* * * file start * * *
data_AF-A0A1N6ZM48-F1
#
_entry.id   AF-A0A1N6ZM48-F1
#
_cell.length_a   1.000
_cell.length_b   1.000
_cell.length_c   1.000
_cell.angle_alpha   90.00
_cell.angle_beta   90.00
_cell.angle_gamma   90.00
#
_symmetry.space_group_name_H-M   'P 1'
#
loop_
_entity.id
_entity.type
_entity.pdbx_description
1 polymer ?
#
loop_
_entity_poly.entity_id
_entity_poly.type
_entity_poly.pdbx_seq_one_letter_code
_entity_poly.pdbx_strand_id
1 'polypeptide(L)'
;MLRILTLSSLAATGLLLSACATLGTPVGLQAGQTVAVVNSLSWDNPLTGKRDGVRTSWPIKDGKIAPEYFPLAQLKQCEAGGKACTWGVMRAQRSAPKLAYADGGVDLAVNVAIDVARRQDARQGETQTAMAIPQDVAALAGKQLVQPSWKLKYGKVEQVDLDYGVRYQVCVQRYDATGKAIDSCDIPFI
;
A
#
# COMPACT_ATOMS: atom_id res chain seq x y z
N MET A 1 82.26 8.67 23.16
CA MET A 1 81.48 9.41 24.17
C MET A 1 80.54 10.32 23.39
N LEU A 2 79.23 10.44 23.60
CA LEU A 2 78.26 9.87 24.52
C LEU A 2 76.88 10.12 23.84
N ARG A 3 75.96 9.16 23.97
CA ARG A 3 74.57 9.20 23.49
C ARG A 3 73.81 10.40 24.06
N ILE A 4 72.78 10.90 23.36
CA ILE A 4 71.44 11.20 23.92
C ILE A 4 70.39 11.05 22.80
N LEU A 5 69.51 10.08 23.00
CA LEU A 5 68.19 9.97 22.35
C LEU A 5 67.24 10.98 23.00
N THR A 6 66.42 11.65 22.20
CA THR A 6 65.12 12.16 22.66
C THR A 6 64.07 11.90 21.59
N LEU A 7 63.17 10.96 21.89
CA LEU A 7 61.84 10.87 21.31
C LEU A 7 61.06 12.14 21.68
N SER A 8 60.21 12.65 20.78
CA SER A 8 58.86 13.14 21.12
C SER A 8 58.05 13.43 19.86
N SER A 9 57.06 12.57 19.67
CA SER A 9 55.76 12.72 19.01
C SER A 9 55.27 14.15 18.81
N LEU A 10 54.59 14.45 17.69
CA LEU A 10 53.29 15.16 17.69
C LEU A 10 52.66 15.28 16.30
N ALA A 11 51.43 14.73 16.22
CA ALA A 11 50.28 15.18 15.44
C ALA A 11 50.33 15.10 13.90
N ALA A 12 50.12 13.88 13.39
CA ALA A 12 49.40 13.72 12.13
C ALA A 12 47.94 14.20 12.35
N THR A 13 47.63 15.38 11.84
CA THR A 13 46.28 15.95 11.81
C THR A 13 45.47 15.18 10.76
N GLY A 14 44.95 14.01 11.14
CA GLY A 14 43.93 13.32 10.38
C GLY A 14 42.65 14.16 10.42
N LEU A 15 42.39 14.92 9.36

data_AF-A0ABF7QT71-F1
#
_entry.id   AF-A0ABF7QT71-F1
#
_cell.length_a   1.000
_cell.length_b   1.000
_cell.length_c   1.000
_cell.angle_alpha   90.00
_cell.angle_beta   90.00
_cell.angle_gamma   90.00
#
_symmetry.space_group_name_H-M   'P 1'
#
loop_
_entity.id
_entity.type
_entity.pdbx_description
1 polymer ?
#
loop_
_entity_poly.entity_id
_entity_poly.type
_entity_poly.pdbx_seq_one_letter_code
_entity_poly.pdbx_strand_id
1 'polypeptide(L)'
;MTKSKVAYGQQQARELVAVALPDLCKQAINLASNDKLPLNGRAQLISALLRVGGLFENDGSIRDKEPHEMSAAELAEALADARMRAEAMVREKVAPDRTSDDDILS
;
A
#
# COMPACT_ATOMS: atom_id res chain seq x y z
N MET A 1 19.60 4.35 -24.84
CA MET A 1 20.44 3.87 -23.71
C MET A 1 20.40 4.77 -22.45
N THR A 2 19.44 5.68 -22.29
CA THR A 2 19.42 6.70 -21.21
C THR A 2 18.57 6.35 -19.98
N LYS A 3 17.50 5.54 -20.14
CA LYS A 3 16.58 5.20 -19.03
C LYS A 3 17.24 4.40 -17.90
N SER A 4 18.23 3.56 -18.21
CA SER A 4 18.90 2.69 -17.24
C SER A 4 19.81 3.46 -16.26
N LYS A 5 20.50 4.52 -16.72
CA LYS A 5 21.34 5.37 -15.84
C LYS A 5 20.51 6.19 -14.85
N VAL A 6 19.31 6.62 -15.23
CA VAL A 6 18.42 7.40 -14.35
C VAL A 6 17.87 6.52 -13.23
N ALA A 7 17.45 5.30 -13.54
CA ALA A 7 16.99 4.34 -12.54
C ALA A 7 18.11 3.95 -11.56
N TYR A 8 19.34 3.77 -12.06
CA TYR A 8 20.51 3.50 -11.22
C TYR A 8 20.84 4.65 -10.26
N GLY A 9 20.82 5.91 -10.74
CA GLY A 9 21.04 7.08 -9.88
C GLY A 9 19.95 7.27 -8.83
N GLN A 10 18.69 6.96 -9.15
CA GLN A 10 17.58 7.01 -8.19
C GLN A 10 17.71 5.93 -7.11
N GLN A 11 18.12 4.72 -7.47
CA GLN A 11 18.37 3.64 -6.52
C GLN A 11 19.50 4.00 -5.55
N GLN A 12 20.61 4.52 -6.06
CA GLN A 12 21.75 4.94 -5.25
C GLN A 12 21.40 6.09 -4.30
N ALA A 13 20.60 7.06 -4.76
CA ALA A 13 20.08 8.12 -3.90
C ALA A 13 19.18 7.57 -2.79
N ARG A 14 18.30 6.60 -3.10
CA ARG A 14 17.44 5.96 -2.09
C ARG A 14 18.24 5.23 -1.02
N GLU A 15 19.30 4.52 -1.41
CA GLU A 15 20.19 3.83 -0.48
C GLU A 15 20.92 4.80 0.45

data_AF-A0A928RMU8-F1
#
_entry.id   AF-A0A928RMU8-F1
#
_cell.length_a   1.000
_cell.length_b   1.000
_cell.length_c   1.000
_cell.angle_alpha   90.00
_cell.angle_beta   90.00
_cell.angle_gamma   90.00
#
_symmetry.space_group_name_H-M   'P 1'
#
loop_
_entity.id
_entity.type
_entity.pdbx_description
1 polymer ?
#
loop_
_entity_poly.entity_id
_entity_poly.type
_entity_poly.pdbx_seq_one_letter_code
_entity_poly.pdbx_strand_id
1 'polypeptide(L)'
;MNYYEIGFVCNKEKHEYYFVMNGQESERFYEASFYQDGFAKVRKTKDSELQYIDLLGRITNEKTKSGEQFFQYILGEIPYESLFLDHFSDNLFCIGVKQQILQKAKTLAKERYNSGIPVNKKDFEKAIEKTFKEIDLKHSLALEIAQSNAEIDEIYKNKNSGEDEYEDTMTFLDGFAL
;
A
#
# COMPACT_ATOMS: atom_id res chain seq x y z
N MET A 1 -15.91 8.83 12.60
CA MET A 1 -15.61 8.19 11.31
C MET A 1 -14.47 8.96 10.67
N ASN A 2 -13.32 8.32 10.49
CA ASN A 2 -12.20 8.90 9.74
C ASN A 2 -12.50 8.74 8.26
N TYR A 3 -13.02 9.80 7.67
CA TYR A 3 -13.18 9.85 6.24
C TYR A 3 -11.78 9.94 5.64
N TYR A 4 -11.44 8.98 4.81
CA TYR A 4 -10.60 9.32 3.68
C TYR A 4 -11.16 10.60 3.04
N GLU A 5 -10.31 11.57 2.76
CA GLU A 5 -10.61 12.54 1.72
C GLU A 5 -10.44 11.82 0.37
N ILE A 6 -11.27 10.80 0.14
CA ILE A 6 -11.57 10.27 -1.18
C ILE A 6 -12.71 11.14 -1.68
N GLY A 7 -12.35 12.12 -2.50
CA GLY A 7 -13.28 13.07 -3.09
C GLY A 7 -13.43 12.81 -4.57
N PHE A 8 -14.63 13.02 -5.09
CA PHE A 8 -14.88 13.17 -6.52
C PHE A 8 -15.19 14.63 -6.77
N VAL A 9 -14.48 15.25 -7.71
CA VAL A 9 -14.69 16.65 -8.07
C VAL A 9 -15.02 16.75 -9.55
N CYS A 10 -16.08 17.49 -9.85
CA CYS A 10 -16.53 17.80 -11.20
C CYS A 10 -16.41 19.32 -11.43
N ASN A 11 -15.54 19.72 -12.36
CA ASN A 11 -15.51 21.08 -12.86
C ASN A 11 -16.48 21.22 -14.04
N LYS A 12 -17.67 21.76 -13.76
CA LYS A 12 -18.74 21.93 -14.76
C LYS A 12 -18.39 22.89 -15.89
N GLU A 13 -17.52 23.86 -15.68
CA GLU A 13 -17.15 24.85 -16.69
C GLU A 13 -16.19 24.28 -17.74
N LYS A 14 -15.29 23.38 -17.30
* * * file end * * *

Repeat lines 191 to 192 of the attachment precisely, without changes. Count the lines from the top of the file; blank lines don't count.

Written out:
N GLU A 5 -10.31 11.57 2.76
CA GLU A 5 -10.61 12.54 1.72